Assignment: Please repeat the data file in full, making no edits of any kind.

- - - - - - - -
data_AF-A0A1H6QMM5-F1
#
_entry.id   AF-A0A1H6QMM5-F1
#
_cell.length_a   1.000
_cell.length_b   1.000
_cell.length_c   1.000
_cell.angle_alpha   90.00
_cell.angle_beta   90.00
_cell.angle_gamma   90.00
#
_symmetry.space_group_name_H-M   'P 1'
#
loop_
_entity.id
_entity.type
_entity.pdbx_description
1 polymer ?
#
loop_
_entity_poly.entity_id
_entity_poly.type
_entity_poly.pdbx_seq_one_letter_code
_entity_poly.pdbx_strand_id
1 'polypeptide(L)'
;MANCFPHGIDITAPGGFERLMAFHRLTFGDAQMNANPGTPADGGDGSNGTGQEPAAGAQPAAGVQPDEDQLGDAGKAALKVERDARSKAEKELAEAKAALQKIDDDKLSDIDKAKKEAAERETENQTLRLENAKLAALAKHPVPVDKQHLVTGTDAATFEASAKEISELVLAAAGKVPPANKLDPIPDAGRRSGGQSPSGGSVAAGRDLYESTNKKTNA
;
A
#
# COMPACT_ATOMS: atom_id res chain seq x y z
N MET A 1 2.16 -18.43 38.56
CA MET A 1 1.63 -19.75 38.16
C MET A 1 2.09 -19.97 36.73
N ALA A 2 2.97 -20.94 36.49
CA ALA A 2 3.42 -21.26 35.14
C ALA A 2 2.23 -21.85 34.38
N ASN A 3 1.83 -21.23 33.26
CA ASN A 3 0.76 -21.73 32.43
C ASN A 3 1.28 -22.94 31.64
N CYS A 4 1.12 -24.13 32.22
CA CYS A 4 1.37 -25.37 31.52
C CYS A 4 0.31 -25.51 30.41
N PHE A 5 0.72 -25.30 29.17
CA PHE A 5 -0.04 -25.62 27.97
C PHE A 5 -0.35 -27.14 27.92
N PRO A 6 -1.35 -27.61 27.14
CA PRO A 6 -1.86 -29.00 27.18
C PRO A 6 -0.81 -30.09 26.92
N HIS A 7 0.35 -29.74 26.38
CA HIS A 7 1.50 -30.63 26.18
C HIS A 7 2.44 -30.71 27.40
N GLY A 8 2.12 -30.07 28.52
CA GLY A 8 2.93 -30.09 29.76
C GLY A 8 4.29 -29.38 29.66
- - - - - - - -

data_AF-A0A1H6QMM5-F1
#
_entry.id   AF-A0A1H6QMM5-F1
#
_cell.length_a   1.000
_cell.length_b   1.000
_cell.length_c   1.000
_cell.angle_alpha   90.00
_cell.angle_beta   90.00
_cell.angle_gamma   90.00
#
_symmetry.space_group_name_H-M   'P 1'
#
loop_
_entity.id
_entity.type
_entity.pdbx_description
1 polymer ?
#
loop_
_entity_poly.entity_id
_entity_poly.type
_entity_poly.pdbx_seq_one_letter_code
_entity_poly.pdbx_strand_id
1 'polypeptide(L)'
;MANCFPHGIDITAPGGFERLMAFHRLTFGDAQMNANPGTPADGGDGSNGTGQEPAAGAQPAAGVQPDEDQLGDAGKAALKVERDARSKAEKELAEAKAALQKIDDDKLSDIDKAKKEAAERETENQTLRLENAKLAALAKHPVPVDKQHLVTGTDAATFEASAKEISELVLAAAGKVPPANKLDPIPDAGRRSGGQSPSGGSVAAGRDLYESTNKKTNA
;
A
#
# COMPACT_ATOMS: atom_id res chain seq x y z
N MET A 1 2.16 -18.43 38.56
CA MET A 1 1.63 -19.75 38.16
C MET A 1 2.09 -19.97 36.73
N ALA A 2 2.97 -20.94 36.49
CA ALA A 2 3.42 -21.26 35.14
C ALA A 2 2.23 -21.85 34.38
N ASN A 3 1.83 -21.23 33.26
CA ASN A 3 0.76 -21.73 32.43
C ASN A 3 1.28 -22.94 31.64
N CYS A 4 1.12 -24.13 32.22
CA CYS A 4 1.37 -25.37 31.52
C CYS A 4 0.31 -25.51 30.41
N PHE A 5 0.72 -25.30 29.17
CA PHE A 5 -0.04 -25.62 27.97
C PHE A 5 -0.35 -27.14 27.92
N PRO A 6 -1.35 -27.61 27.14
CA PRO A 6 -1.86 -29.00 27.18
C PRO A 6 -0.81 -30.09 26.92
N HIS A 7 0.35 -29.74 26.38
CA HIS A 7 1.50 -30.63 26.18
C HIS A 7 2.44 -30.71 27.40
N GLY A 8 2.12 -30.07 28.52
CA GLY A 8 2.93 -30.09 29.76
C GLY A 8 4.29 -29.38 29.66